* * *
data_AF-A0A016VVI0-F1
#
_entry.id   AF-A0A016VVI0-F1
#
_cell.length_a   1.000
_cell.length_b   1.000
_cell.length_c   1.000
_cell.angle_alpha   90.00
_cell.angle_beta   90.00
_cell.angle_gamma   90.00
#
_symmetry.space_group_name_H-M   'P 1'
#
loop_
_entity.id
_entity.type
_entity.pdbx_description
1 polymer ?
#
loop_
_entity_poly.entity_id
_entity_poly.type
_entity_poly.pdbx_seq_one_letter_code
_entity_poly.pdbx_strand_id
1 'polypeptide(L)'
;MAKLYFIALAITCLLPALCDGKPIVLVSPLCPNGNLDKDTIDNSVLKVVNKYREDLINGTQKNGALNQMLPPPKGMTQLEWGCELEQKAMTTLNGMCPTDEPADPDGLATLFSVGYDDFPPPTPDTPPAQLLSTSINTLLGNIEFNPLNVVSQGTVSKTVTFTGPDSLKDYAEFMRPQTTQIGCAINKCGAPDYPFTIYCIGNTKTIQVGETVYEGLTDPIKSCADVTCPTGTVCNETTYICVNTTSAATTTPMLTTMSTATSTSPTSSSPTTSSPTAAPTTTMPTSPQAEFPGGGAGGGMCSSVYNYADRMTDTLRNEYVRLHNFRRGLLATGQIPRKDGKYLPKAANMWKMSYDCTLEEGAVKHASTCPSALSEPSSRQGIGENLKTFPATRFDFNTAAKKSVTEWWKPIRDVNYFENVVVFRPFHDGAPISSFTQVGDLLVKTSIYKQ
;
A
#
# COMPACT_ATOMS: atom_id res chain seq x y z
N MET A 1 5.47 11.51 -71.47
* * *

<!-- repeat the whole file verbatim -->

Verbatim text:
data_AF-A0A016VVI0-F1
#
_entry.id   AF-A0A016VVI0-F1
#
_cell.length_a   1.000
_cell.length_b   1.000
_cell.length_c   1.000
_cell.angle_alpha   90.00
_cell.angle_beta   90.00
_cell.angle_gamma   90.00
#
_symmetry.space_group_name_H-M   'P 1'
#
loop_
_entity.id
_entity.type
_entity.pdbx_description
1 polymer ?
#
loop_
_entity_poly.entity_id
_entity_poly.type
_entity_poly.pdbx_seq_one_letter_code
_entity_poly.pdbx_strand_id
1 'polypeptide(L)'
;MAKLYFIALAITCLLPALCDGKPIVLVSPLCPNGNLDKDTIDNSVLKVVNKYREDLINGTQKNGALNQMLPPPKGMTQLEWGCELEQKAMTTLNGMCPTDEPADPDGLATLFSVGYDDFPPPTPDTPPAQLLSTSINTLLGNIEFNPLNVVSQGTVSKTVTFTGPDSLKDYAEFMRPQTTQIGCAINKCGAPDYPFTIYCIGNTKTIQVGETVYEGLTDPIKSCADVTCPTGTVCNETTYICVNTTSAATTTPMLTTMSTATSTSPTSSSPTTSSPTAAPTTTMPTSPQAEFPGGGAGGGMCSSVYNYADRMTDTLRNEYVRLHNFRRGLLATGQIPRKDGKYLPKAANMWKMSYDCTLEEGAVKHASTCPSALSEPSSRQGIGENLKTFPATRFDFNTAAKKSVTEWWKPIRDVNYFENVVVFRPFHDGAPISSFTQVGDLLVKTSIYKQ
;
A
#
# COMPACT_ATOMS: atom_id res chain seq x y z
N MET A 1 5.47 11.51 -71.47